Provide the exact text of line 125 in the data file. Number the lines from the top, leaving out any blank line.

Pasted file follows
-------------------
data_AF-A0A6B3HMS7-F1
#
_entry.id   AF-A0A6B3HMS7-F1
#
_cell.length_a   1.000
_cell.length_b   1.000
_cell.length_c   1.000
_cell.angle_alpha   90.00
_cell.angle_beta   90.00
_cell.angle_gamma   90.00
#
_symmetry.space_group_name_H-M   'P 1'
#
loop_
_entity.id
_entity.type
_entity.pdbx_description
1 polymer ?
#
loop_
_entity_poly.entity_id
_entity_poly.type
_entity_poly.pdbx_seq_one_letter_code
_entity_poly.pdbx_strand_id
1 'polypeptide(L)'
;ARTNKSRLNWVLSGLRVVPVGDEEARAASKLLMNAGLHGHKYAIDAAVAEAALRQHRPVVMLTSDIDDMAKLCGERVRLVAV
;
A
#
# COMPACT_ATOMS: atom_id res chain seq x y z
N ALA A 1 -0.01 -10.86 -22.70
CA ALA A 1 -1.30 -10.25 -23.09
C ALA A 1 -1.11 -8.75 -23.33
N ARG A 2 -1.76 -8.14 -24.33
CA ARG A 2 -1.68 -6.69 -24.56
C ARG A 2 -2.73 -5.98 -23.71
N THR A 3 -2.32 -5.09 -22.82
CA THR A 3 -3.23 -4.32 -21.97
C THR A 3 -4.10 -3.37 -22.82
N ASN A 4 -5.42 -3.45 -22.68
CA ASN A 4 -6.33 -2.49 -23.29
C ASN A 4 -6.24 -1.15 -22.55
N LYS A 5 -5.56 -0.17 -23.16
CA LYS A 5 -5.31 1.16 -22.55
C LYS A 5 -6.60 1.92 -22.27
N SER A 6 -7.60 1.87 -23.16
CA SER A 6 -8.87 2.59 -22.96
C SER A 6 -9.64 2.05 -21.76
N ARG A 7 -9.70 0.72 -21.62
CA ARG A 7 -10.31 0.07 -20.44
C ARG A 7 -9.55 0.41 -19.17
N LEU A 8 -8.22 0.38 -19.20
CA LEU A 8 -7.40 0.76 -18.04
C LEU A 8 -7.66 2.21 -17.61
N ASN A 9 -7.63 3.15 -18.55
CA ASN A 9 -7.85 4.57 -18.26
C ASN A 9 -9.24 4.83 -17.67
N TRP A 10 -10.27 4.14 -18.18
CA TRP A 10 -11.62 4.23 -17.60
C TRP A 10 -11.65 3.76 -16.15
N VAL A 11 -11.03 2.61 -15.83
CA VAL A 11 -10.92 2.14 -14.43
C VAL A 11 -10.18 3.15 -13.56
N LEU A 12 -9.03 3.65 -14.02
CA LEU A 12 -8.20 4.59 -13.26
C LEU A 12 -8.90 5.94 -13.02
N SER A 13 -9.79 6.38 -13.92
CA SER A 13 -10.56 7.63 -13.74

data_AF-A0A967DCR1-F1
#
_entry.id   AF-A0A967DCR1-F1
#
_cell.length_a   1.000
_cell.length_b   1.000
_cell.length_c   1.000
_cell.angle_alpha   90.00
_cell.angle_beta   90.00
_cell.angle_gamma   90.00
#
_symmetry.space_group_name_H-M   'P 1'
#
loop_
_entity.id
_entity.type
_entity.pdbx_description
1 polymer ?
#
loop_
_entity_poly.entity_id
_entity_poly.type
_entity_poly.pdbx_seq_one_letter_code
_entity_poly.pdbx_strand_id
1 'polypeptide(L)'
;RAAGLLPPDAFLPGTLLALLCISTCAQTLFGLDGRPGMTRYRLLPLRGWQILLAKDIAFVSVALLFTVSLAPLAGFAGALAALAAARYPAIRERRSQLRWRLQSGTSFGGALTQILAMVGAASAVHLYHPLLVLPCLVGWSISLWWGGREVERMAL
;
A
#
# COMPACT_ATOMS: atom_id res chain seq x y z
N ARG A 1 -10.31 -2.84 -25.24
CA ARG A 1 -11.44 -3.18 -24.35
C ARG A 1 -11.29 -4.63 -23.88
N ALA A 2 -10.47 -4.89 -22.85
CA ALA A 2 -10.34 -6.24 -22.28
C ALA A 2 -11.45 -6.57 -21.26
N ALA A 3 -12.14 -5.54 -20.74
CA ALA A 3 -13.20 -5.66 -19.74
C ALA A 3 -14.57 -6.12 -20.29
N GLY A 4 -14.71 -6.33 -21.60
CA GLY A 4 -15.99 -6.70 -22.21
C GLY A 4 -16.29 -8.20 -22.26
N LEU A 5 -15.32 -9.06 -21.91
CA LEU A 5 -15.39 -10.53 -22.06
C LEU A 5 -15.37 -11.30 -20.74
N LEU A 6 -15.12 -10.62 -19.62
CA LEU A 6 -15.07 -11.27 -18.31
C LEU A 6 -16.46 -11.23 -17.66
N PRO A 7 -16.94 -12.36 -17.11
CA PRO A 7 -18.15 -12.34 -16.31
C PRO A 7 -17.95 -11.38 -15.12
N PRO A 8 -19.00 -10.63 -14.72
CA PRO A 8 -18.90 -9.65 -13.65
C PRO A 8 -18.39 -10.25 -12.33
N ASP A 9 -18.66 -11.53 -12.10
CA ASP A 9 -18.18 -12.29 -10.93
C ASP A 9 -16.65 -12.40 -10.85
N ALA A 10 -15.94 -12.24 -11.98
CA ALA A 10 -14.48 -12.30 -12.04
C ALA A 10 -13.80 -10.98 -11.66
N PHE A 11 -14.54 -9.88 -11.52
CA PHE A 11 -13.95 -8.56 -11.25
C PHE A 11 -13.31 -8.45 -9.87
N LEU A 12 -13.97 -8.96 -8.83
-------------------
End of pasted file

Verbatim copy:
C ASP A 9 -16.65 -12.40 -10.85